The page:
Societal pressure — We feel pressure from all around us; however, pressure from society as a whole is difficult to combat. The pressure to be young, look young, and think like the young, is strong. Many of my friends laugh at me for going to bed at 9:30 p.m. “You act like an old man.” Good night is my reply.

The Media — People in magazines and on television look so freakin’ good. It’s difficult not to compare yourself, but obviously, it’s better if I don’t. A few years ago I started to see bald men modeling. I was pleasantly surprised by this since “fat and bald” are two descriptors that usually go together. I’m hopeful that the media is giving thought to doing the right thing.

How we’re raised — My mother had a horrible obsession with weight. My sisters all had some form of an eating disorder and I think her sons had unhealthy issues with weight as well. Imprinting is difficult to overcome.

Culture — Some pressure to look good is probably a good thing — sort of a way to keep ourselves in check. Unfortunately, some cultures take it too far. I’m not talking about plastic surgery. Although I wouldn’t spend money on major work to my own face or body, I do not judge people who do. What I am referring to is professions where the way you look determines whether or not you are promoted or able to keep your job. The damage this can do to an individual is impossible to measure and sad to think about.

 

How I Can Help Others

Disclaimer:  I cannot and do not speak for everyone. When I share my thoughts, I never claim to be an expert. I write about men as a man; I write about women as the brother of five sisters, as a son and as a friend of many women; I write about gay men as a gay man; and I write about the human condition as a human being. What I write about is also based on what I have read. All of it is either firsthand experience or conjecture; please do not read more into it.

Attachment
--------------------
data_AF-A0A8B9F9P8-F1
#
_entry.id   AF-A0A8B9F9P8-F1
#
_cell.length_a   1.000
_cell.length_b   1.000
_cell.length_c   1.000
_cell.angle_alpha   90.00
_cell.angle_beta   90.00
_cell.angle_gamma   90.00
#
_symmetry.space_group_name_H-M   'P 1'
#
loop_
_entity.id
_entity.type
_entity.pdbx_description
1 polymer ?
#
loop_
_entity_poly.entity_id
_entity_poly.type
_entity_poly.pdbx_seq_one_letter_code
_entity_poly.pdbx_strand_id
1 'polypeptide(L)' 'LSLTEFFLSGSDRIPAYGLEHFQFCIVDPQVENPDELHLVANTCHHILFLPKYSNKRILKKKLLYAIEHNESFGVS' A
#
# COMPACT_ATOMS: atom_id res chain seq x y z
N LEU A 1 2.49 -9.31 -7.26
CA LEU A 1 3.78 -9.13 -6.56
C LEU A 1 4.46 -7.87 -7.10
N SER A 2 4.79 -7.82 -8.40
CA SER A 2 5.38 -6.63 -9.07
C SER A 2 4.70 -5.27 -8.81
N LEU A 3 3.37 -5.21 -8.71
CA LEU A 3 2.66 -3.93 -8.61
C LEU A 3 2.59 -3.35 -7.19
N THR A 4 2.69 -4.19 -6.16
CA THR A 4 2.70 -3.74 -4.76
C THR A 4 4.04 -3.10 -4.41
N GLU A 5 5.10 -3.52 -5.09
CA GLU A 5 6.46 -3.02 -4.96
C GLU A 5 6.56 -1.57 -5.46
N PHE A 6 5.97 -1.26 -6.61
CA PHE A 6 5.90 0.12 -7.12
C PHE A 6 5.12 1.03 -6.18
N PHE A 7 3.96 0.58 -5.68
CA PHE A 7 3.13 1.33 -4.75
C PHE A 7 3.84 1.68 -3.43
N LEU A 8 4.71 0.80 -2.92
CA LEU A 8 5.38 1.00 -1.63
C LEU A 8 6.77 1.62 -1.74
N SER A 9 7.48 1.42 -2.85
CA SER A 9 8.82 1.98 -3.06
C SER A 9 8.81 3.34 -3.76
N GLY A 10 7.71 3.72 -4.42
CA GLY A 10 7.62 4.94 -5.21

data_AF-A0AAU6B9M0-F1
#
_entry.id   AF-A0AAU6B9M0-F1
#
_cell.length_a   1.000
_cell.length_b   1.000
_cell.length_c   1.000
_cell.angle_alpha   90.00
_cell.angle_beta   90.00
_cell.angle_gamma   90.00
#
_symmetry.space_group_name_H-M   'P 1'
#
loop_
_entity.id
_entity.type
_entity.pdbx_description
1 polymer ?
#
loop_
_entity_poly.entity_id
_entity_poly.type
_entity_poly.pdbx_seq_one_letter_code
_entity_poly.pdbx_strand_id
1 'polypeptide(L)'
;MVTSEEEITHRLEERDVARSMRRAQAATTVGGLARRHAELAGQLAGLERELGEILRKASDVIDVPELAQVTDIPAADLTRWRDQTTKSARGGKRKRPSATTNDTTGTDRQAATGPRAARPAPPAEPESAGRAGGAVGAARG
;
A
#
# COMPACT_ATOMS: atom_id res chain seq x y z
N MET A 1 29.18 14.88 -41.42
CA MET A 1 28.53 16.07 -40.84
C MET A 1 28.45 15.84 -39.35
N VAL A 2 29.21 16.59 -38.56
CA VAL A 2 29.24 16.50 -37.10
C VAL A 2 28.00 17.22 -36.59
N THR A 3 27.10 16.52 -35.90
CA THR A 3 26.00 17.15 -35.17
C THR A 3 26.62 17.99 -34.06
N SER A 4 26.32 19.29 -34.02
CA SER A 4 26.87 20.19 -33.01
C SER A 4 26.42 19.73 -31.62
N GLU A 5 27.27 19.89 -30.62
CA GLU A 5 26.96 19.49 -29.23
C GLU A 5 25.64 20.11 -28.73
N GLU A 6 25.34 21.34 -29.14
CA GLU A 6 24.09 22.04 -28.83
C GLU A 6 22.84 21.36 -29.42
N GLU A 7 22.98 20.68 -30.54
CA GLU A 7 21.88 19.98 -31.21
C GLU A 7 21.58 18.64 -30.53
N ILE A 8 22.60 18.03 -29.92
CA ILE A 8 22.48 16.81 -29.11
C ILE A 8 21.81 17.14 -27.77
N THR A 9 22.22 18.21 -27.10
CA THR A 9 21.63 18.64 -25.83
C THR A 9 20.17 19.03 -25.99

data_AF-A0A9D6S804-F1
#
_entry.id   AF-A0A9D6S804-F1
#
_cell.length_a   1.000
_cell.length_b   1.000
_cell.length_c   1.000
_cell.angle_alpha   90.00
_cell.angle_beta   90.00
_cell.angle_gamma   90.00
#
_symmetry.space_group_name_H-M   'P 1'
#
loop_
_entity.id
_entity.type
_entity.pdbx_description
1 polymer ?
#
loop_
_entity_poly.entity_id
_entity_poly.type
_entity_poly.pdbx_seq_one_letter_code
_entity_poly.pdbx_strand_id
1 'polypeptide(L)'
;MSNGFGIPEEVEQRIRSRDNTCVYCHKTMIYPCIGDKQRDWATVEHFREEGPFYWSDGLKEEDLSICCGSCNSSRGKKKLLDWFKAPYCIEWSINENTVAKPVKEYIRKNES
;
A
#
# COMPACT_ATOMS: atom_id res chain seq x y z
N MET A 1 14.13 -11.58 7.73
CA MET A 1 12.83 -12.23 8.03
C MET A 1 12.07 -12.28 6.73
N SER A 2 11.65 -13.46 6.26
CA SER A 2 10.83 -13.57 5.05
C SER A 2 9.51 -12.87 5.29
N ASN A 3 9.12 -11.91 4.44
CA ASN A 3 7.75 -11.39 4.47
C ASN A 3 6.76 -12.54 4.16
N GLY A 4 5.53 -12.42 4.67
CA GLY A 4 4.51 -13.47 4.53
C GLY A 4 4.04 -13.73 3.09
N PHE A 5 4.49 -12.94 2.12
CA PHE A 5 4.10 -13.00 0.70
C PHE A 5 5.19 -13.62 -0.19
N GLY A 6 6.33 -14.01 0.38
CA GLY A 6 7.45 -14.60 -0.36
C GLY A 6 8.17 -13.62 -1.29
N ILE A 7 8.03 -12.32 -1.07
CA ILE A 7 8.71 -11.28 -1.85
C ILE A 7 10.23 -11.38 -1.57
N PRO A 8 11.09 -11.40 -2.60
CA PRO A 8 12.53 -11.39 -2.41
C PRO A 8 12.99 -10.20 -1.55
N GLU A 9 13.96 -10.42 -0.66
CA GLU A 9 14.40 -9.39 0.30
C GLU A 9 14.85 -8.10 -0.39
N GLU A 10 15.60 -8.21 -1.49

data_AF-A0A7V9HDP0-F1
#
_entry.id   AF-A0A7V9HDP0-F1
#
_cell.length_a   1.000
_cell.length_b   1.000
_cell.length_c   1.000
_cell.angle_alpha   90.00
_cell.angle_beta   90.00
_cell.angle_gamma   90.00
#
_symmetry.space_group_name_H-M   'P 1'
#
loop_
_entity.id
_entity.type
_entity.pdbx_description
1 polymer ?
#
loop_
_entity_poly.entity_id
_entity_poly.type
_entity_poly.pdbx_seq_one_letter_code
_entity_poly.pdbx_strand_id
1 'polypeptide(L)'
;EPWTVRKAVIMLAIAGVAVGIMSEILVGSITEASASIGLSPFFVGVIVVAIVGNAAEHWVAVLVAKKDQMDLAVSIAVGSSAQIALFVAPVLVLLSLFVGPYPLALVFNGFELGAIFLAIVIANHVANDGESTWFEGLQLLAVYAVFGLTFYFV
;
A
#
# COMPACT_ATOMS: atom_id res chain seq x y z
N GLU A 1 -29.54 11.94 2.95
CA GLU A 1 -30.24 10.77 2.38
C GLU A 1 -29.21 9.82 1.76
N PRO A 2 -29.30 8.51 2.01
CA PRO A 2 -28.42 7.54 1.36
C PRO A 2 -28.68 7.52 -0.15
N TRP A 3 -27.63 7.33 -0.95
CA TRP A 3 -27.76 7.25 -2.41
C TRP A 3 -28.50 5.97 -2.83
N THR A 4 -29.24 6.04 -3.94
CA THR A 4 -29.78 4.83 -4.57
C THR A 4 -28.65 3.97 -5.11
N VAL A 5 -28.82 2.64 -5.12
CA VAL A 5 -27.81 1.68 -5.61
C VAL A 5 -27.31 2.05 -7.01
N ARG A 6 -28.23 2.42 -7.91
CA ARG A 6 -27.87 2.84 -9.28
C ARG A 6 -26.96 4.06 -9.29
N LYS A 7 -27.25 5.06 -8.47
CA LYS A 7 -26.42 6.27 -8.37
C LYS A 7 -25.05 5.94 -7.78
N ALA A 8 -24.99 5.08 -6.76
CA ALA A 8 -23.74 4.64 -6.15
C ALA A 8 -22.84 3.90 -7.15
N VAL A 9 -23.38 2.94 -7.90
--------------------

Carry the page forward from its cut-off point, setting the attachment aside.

Gay men — It is difficult not to generalize a bit:  gay men are a lot like women when it comes to body image. Could be a feminine thing for some; could be who we identify with? Part of it is the gay culture in the States; gay men tend to want to be with younger men — youth is revered. There are only so many younger men who want to be with older men, so this is an obvious supply and demand problem. You have a good many older gay men trying to look younger and they’ll do whatever it takes to be “young.”  This part of the gay culture worries me. People sometimes take these things to the extreme and the results can be pretty scary. One of the many reasons I love RuPaul, is that he does not take himself too seriously. Vanity is not a bad thing in and of itself; however, issues arise when one’s thoughts concerning body image are imposed on others.

Older men — There are a good many men out there, gay and straight, who struggle with body image issues and the challenges of being seen. We get older and become invisible. Invisibility is tough on the psyche. Self-worth does just disappear when you hit 50; we need to feel good about ourselves until we no longer can feel anything.

Women — Women (from what I have been lead to believe) are expected to do whatever it takes to look good. Look good to whom? To their husbands, their bosses, their fellow passengers on the train, to the person in the mirror? I have seen that kind of fierce pressure make a person do horrible things; hurtful things to one’s body and damage that is irreversible. I know that this is a problem that has existed for centuries, but I still have hope that woman will take control of their own lives and do what is best for themselves. I admire woman who are strong and determined, despite the men in their lives who believe that they are second class citizens. Sure there has been progress in progressive societies, but as long as one culture on earth minimizes the equality of women, all women are adversely affected. The same is true of humankind in general.